'Tis the season! For shoveling snow that is. So I thought this would be an appropriate time to discuss proper body mechanics for lifting.
I was reminded of this issue while, of all things, watching old videos of my kids when they were just toddlers. You may ask, what does silly home movies have to do with shoveling snow? My wife is also a physical therapist. Yes, its fairly common for PTs to marry PTs. Since we share the same profession, we will often observe something in everyday things that reminds us of work.
Back to the family videos ... we were watching a video of our daughter from when she was about 18- 24-months-old. In the video, we observed how she squatted down to pick up a toy. We realized then that toddlers seem to use perfect body mechanics when picking up an object off the floor. They use their legs to squat down and keep their backs relatively straight. A toddler tends to use this technique to compensate for the weight of their head and developing balance. But it is interesting to watch as it is an innate behavior that doesn't need to be taught.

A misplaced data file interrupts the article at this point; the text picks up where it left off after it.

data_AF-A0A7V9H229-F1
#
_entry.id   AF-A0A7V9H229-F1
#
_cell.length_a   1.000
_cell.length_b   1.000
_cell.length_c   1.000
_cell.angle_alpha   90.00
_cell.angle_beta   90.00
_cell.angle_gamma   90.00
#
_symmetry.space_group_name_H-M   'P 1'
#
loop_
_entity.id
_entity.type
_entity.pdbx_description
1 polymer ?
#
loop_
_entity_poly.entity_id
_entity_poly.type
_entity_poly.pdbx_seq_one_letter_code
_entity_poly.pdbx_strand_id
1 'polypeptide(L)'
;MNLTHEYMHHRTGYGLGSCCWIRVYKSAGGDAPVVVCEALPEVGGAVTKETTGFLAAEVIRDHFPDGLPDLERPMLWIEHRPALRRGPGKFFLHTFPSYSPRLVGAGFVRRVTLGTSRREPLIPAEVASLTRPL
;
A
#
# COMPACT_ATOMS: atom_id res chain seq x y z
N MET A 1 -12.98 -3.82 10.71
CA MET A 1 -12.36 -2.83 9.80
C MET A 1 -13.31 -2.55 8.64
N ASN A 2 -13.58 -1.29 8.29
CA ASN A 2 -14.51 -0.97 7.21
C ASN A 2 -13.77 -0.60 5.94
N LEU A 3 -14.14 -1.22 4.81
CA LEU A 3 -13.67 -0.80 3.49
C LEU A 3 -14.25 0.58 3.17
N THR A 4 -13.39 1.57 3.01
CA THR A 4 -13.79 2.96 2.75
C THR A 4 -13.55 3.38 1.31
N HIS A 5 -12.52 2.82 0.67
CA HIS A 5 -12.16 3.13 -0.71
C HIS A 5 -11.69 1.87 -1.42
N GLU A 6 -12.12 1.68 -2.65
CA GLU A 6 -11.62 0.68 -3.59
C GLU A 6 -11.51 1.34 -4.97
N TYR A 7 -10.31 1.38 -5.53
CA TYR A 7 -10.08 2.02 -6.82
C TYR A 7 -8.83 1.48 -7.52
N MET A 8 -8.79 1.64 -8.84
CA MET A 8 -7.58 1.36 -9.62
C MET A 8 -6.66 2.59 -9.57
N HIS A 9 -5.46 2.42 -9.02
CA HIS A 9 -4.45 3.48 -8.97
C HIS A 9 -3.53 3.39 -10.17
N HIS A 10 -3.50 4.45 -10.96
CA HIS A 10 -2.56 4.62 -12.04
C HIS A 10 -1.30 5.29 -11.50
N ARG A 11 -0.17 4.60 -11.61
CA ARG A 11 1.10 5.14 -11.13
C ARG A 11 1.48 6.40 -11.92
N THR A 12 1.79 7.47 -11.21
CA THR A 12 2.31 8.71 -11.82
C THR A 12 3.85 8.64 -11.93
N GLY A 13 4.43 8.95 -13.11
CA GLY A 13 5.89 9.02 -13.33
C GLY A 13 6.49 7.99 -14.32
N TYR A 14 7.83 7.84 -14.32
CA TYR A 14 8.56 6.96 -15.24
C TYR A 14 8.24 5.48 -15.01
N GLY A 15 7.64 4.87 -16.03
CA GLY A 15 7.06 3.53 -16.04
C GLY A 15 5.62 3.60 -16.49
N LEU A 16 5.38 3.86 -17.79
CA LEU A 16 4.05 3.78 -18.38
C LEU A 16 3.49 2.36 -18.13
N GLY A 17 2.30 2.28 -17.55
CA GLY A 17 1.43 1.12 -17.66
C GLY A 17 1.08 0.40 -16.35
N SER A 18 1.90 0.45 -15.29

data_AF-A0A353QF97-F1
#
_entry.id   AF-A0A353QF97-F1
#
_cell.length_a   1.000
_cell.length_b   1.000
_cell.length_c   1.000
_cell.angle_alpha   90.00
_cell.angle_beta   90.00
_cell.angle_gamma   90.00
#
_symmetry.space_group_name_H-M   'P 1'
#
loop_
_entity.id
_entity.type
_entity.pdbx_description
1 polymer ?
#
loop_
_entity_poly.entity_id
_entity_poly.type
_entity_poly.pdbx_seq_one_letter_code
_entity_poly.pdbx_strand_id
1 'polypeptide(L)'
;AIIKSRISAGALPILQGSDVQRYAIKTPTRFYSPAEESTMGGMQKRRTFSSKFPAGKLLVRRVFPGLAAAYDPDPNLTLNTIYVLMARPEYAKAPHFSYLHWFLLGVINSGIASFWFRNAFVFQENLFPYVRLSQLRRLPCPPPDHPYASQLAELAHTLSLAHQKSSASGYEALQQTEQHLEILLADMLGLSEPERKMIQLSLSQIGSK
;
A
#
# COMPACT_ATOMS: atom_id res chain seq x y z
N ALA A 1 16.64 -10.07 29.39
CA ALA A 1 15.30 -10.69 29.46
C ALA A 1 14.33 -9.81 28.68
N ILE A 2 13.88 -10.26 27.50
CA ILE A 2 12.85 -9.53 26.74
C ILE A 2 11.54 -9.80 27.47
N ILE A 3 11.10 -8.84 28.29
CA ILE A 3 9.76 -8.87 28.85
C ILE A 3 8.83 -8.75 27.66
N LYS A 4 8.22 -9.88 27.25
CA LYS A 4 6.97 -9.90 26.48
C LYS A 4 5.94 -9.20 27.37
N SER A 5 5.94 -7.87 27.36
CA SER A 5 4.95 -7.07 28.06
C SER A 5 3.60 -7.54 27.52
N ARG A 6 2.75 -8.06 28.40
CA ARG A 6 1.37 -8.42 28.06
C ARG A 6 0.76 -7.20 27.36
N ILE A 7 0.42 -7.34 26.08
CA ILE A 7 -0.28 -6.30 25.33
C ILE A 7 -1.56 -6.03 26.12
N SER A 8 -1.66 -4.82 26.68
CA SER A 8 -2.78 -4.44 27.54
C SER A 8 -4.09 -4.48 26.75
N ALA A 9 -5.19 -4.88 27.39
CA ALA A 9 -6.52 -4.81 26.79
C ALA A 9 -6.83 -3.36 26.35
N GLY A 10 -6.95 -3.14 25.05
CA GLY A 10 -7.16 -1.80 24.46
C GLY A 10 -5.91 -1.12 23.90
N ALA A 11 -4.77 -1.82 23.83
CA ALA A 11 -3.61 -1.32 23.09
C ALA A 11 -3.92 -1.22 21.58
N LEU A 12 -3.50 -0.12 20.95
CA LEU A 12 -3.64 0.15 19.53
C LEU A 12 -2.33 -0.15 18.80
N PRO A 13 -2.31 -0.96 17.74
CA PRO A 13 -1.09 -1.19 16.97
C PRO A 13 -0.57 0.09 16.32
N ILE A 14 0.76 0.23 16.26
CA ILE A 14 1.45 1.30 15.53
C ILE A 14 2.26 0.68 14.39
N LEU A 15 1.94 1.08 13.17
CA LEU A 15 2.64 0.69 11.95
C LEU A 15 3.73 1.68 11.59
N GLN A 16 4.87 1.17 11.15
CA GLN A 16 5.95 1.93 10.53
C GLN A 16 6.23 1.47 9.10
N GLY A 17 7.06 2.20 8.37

Adults on the other hand, often need to be taught this behavior later in life after bad habits have developed. Poor body mechanics and improper lifting technique can be a major risk factor for lower back injuries. Given the time of year, physical therapists can usually count on a few snow shoveling-related back injuries every year. In an attempt to prevent those injuries, let's review some main concepts especially as they relate to shoveling snow.
- Lift with your legs, not your back — keep your back straight and bend using your knees and hips. The quads, glutes, and hamstrings are large muscles that are well-equipped for heavy lifting.
- Avoid twisting of the spine — instead turn with your legs and hips. The twisting motion of the spine especially with a large compressive load (i.e., shovel full of snow) is hard on the intervertebral discs.
- Take breaks and pace yourself. If you feel yourself getting winded or short of breath, take a break. Don't take more than you can handle on the shovel, especially with a wet heavy snow.
- Try a crooked shovel. Those funny looking crooked handles on shovels do serve a purpose. The angle in the handle improves the ergonomics of the shovel so you don't have to squat as far.
Be careful when shoveling! Merry Christmas!